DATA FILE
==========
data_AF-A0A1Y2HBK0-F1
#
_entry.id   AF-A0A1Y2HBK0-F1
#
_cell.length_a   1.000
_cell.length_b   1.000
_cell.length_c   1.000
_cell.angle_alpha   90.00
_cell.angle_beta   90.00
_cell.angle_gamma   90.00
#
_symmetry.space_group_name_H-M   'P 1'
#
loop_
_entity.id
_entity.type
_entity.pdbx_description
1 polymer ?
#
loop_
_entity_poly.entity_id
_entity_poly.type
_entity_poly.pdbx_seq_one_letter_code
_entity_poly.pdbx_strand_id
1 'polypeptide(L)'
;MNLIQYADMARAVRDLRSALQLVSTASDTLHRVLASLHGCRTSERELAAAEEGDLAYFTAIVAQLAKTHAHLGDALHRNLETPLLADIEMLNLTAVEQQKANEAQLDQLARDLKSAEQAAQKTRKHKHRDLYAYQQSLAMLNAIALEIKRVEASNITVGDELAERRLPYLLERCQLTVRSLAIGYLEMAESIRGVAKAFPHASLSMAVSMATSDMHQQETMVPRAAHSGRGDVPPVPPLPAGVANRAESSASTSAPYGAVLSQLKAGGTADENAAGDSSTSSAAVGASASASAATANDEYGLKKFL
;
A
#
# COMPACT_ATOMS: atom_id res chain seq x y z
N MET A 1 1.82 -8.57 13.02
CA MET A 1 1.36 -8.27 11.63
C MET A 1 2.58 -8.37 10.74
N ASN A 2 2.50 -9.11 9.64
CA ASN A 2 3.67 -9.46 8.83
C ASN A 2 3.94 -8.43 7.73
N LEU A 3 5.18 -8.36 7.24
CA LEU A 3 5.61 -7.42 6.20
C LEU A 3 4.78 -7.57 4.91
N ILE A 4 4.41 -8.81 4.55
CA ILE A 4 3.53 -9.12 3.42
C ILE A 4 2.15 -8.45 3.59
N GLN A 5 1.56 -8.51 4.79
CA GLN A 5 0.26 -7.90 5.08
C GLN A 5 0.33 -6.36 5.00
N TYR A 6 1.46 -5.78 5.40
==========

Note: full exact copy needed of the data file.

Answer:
data_AF-A0A1Y2HBK0-F1
#
_entry.id   AF-A0A1Y2HBK0-F1
#
_cell.length_a   1.000
_cell.length_b   1.000
_cell.length_c   1.000
_cell.angle_alpha   90.00
_cell.angle_beta   90.00
_cell.angle_gamma   90.00
#
_symmetry.space_group_name_H-M   'P 1'
#
loop_
_entity.id
_entity.type
_entity.pdbx_description
1 polymer ?
#
loop_
_entity_poly.entity_id
_entity_poly.type
_entity_poly.pdbx_seq_one_letter_code
_entity_poly.pdbx_strand_id
1 'polypeptide(L)'
;MNLIQYADMARAVRDLRSALQLVSTASDTLHRVLASLHGCRTSERELAAAEEGDLAYFTAIVAQLAKTHAHLGDALHRNLETPLLADIEMLNLTAVEQQKANEAQLDQLARDLKSAEQAAQKTRKHKHRDLYAYQQSLAMLNAIALEIKRVEASNITVGDELAERRLPYLLERCQLTVRSLAIGYLEMAESIRGVAKAFPHASLSMAVSMATSDMHQQETMVPRAAHSGRGDVPPVPPLPAGVANRAESSASTSAPYGAVLSQLKAGGTADENAAGDSSTSSAAVGASASASAATANDEYGLKKFL
;
A
#
# COMPACT_ATOMS: atom_id res chain seq x y z
N MET A 1 1.82 -8.57 13.02
CA MET A 1 1.36 -8.27 11.63
C MET A 1 2.58 -8.37 10.74
N ASN A 2 2.50 -9.11 9.64
CA ASN A 2 3.67 -9.46 8.83
C ASN A 2 3.94 -8.43 7.73
N LEU A 3 5.18 -8.36 7.24
CA LEU A 3 5.61 -7.42 6.20
C LEU A 3 4.78 -7.57 4.91
N ILE A 4 4.41 -8.81 4.55
CA ILE A 4 3.53 -9.12 3.42
C ILE A 4 2.15 -8.45 3.59
N GLN A 5 1.56 -8.51 4.79
CA GLN A 5 0.26 -7.90 5.08
C GLN A 5 0.33 -6.36 5.00
N TYR A 6 1.46 -5.78 5.40